Is Hashish The Only Way Out for Young Men in Morocco?

Photo accredited to YoTuT from United States - Marrakech, Morocco

Photo accredited to YoTuT from United States – Marrakech, Morocco

In western countries it is normal to attend primary school, high school and afterwards say goodbye to carefree days and go to university. People often say that the key to success is education and having the job of your dreams. As much as that’s true, not everyone is fortunate enough to have even one of those opportunities.

In Africa, more specifically in Morocco, the population is more than 33 million people. Anyone familiar with this country knows that hashish production and consumption is a very acute issue. More than 800,000 people rely on hashish as a primary source of the revenue. But who wouldn’t? When we look at the statistics, hashish generates 10 billion dollars annually in sales. As sad as it sounds, for a typical Moroccan, smoking hashish is normal everyday thing.

Growing up in a small city of Sefrou, in central Morocco might be difficult in many aspects. The education level is just average, there aren’t many attractions, and the unemployment rate very high. And this is just a small part of the difficulties locals are facing each day. Most young men are unemployed and spend most of their time smoking hashish.

“Almost 70 percent of my friends are smoking hashish”, says a 26 year old male who didn’t want to be named. As it is growing in their homeland, mostly Northern Morocco, it is very easy to get it. People sell hashish abroad as well, but it’s the same with every “good” thing: when you have plenty of it, you save some for yourself.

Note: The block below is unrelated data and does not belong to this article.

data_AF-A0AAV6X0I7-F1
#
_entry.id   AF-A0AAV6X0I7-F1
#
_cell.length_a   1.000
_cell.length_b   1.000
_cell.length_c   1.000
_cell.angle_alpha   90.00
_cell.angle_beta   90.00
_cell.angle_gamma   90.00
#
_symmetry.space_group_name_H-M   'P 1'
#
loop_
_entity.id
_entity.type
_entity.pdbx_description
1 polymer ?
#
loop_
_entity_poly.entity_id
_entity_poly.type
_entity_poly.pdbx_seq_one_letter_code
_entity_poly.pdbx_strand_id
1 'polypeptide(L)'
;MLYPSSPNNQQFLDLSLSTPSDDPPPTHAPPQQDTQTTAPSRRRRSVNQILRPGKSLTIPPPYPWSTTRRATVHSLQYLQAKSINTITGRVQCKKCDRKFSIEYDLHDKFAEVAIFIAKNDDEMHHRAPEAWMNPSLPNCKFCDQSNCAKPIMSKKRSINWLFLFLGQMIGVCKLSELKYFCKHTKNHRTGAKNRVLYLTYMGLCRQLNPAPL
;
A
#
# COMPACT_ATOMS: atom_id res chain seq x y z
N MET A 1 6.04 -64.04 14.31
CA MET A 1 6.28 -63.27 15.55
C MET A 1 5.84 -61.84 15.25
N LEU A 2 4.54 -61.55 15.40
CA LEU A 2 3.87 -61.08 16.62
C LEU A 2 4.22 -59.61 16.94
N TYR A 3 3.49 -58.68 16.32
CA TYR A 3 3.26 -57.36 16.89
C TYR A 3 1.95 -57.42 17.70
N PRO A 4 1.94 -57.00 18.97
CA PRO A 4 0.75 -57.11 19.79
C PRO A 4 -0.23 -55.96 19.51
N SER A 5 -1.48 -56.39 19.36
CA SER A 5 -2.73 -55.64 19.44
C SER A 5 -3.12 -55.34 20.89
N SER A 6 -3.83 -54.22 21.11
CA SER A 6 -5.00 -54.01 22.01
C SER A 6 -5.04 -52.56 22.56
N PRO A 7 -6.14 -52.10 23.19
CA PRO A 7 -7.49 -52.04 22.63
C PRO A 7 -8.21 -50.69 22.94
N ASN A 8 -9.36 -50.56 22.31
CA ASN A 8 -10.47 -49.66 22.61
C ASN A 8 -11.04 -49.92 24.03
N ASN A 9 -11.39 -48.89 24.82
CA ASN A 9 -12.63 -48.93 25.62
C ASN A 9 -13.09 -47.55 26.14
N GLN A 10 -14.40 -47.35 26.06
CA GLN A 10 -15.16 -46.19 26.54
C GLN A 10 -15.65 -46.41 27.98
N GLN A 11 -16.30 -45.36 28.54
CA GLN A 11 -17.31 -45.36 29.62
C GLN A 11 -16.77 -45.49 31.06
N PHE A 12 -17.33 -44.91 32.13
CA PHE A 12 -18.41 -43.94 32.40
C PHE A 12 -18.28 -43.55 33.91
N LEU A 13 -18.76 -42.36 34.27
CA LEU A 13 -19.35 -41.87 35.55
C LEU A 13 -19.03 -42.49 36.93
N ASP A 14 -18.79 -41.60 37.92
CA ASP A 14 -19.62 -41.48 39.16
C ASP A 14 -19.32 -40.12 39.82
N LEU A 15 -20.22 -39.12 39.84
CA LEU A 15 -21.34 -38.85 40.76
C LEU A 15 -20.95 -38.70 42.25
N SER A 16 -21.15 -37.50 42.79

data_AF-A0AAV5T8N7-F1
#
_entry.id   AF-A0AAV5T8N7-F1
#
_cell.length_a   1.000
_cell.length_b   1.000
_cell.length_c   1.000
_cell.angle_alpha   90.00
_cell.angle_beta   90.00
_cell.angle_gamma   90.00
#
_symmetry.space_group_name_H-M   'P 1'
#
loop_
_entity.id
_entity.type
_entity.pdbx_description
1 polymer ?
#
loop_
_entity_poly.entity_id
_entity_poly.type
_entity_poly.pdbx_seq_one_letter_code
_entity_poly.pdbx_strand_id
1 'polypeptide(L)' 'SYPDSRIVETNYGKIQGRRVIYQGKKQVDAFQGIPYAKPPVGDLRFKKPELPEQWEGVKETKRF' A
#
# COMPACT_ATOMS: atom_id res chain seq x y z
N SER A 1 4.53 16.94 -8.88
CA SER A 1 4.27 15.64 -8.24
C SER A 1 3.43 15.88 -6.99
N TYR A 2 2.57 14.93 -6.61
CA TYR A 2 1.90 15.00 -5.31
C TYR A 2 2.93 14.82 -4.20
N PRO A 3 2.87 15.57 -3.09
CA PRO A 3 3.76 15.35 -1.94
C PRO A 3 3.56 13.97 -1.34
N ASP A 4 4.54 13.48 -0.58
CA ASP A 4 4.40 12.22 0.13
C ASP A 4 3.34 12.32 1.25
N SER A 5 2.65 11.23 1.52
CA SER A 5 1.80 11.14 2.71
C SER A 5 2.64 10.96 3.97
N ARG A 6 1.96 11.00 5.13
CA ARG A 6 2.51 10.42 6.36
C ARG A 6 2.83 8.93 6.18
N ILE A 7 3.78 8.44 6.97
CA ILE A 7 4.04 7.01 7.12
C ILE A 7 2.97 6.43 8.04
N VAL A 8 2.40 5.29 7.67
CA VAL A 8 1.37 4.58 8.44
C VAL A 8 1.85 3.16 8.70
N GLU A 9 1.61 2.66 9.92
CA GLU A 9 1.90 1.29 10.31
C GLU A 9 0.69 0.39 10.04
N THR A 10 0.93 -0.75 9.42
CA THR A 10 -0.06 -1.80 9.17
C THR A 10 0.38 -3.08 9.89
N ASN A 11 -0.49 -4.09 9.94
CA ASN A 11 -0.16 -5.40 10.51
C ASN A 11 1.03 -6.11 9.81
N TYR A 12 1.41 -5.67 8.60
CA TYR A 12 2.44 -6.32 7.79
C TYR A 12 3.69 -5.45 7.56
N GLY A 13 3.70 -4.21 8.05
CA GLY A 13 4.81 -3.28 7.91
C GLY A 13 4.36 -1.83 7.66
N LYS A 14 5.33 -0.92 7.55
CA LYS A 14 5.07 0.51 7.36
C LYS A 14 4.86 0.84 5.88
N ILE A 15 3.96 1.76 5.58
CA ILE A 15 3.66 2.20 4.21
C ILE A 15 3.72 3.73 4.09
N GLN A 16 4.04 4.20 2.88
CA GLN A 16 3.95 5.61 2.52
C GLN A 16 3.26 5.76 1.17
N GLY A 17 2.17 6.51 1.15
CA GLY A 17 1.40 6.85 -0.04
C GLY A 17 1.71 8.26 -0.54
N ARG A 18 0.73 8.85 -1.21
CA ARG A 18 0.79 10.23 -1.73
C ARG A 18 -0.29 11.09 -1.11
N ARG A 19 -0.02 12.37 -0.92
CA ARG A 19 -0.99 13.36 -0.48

When people get asked about smoking hashish, the answer usually is- “Yes, but I am not addicted.” But when you think about it, how can one claim he’s not addicted, if it became a part of the daily routine? The most common excuse is that a hashish spliff helps to relief stress, makes one feel better, is a solution to everything. A spliff a day makes the problems go away.

 

Photo accredited to Viktorija Lipkaite – Hidden Morocco (Sefrou)

Well, not exactly. The whole addiction usually starts from an innocent cigarette. Later on it’s followed by smoking hashish and by then drinking alcohol, which is considered by the Moroccans as the worst type of intoxication. But in this situation, the worst part is that it all starts way before the high school, when you are 8-9 years old. “Hashish is in our culture, it is here, it’s what we grow, it’s naturally around in our environment”.

In Europe, if the police caught you smoking hashish, it is most likely you would end up in jail for sometime. In Morocco, you are kept in a police cell only for two nights, but the fine is 6000 dirham. There is a period of 6 months to pay the fine. If you don’t have the money to pay, you go straight to prison. Despite the consequences, men still smoke hashish and get away with it. “I think the government lets us smoke hashish so we don’t make trouble, it’s a way of controlling us”.

People also believe that hashish is a result of the unemployment problem. A very big majority of young Moroccans smoke it because they have nothing to do. They do it out of boredom. “If I was working, I wouldn’t be smoking”, says a 23-year-old male who also didn’t want to be named. Even if you have relevant skills, for example one of the boys is a carpenter; the other is a painter, they both face difficulties finding a job. It is possible to get a temporary day job, helping someone with their business, but it doesn’t last long. Looking for a job in the bigger cities is the same. A lot of effort, no luck.

Both young men spoken to are dreaming of the possibility to go and work abroad, to leave Morocco, but it is not that simple and not much can be done about it.

 

Viktorija Lipkaite

 

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